Because the CARES Act does not define the term “full-time equivalent employee,” the SBA, in consultation with the Secretary of the Treasury, determined that full-time equivalent means an employee who works 40 hours or more, on average, each week. Borrowers are required to document their average number of FTE employees during the covered period and their selected reference period. Borrowers have two options for calculating full-time equivalency: (1) calculate average number of hours a part-time employee was paid per week during the covered period, or (2) elect to use a full-time equivalency of 0.5 for each part-time employee. Due to the complexity and number of calculations required, many borrowers may elect for the second option—unfortunately this may lead many borrowers to qualify for less than the full potential forgiveness amount.
Additionally, a reduction in an employee’s salary or wages in excess of twenty five percent results in a reduction of the loan forgiveness amount, unless an exception applies. The reduction calculations are performed on a per employee basis, not in the aggregate. If salary or wage reductions are restored to pre-February 15, 2020, levels, then the borrower may be exempt from any reduction in the loan forgiveness amount. To ensure borrowers are not double penalized, the salary/wage reduction only applies to the portion of the decline in salary and wages that is not attributable to the FTE reduction.
Employees that are fired for cause, voluntarily resign, or voluntarily request a reduction in hours, may be counted at same full-time equivalency level before the FTE reduction when calculating the FTE employee reduction penalty. As described in the next section, borrowers that avail themselves of this safe harbor must maintain records demonstrating that each such employee was fired for cause, voluntarily resigned, or voluntarily requested a schedule reduction.
The documentation obligations are significant. Incorporating the documentation requirements of the Forgiveness Application by reference, the IFR reiterates that borrowers must submit the required documentation in order to obtain forgiveness. Borrowers are required to submit all payroll, FTE, and non- payroll documentation used to complete the Forgiveness Application (or the lender’s equivalent of the application). Additionally, borrowers are required to maintain, and submit upon request by the SBA, documentation supporting the listing of each individual employee listed in the Schedule A Worksheet Tables 1 and 2 of the Forgiveness Application, documentation regarding any employee job offers and refusals, and documentation supporting the FTE Reduction Safe Harbor Worksheet.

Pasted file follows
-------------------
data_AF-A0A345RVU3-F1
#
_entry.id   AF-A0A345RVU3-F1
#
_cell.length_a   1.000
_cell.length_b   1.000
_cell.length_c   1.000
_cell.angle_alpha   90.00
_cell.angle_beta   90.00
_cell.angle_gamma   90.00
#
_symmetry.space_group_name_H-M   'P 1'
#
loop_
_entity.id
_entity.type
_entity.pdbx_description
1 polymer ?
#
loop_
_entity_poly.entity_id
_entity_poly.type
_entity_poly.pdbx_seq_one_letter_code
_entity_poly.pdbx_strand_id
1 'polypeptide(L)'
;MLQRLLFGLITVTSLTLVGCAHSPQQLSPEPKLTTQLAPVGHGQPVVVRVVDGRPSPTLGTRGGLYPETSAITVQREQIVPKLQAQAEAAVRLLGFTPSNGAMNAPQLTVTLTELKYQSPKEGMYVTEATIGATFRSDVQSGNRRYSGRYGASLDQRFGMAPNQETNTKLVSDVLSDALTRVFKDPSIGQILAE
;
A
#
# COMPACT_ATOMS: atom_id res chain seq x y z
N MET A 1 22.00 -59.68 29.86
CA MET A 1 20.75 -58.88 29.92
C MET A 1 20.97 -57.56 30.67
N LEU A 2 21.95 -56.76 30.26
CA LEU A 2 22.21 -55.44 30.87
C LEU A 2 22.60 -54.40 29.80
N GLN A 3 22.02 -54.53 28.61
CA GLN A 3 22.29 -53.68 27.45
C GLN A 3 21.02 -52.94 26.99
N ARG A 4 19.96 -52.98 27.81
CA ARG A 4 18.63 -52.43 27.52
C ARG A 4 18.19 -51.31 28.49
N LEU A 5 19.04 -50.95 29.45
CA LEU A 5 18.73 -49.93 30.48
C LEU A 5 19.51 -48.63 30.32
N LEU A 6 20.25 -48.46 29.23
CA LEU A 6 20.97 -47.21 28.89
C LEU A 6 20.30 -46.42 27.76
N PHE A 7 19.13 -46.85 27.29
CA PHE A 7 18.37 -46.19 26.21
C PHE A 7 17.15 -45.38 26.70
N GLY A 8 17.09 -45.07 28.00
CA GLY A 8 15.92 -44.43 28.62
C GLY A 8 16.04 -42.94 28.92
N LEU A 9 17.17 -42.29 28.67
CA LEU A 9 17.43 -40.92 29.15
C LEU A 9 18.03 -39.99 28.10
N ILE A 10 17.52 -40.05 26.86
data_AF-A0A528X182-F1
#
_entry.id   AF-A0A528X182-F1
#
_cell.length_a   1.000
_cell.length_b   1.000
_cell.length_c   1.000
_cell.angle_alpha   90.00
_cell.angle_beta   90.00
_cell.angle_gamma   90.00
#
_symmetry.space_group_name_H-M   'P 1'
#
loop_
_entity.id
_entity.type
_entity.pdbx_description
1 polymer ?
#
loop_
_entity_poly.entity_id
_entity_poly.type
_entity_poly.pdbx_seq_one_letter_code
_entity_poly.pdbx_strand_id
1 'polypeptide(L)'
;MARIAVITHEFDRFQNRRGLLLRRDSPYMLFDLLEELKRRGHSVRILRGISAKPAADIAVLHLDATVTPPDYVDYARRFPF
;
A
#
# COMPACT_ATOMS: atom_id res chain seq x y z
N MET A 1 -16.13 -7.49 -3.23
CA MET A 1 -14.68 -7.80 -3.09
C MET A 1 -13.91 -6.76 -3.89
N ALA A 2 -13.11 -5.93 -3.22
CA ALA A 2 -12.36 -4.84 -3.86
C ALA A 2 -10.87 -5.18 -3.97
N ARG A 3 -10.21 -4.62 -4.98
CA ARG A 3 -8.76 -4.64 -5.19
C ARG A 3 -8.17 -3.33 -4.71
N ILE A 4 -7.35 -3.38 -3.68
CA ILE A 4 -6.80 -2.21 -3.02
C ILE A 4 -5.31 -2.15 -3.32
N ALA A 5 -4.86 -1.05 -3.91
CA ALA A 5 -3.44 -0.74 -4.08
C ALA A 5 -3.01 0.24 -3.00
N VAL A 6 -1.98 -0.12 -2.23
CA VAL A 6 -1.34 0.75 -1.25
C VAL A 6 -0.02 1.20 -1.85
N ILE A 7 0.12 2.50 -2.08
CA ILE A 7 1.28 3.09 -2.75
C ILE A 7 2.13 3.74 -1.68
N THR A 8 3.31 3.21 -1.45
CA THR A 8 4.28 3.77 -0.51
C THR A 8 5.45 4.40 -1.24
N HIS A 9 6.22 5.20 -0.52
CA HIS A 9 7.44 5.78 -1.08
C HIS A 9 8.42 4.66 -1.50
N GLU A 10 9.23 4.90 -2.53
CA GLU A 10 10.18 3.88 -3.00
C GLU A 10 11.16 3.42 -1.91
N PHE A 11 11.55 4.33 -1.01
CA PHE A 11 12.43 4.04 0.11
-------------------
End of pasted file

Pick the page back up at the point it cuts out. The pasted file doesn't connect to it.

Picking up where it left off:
As a final catch-all, borrowers must maintain “[a]ll records relating to the Borrower’s PPP loan, including documentation submitted with its PPP loan application, documentation supporting the Borrower’s certifications as to the necessity of the loan request and its eligibility for a PPP loan, documentation necessary to support the Borrower’s loan forgiveness application, and documentation demonstrating the Borrower’s material compliance with PPP requirements.” The retention period for such documentation is six years after the date the loan is forgiven or repaid in full and borrowers must permit authorized representatives of the SBA to access such files upon request.
Forgiveness Process for Borrowers
The IFR starts with a sweeping statement that the SBA may review any PPP loan of any size, at any time, in the SBA’s sole discretion. Such review includes whether a borrower is eligible for the loan based on the provisions of the CARES Act, the rules and guidance available at the time of the borrower’s PPP loan application, and the terms of the borrower’s loan application. Additionally, the SBA may review whether a borrower calculated the loan amount correctly and used loan proceeds for the allowable uses specified in the CARES Act. Finally, the SBA may review whether a borrower is entitled to the claimed loan forgiveness amount. As stated in the first IFR, borrowers are required to maintain all required documentation for six years, and lenders are required to comply with the requirements for record retention established by their federal financial regulator.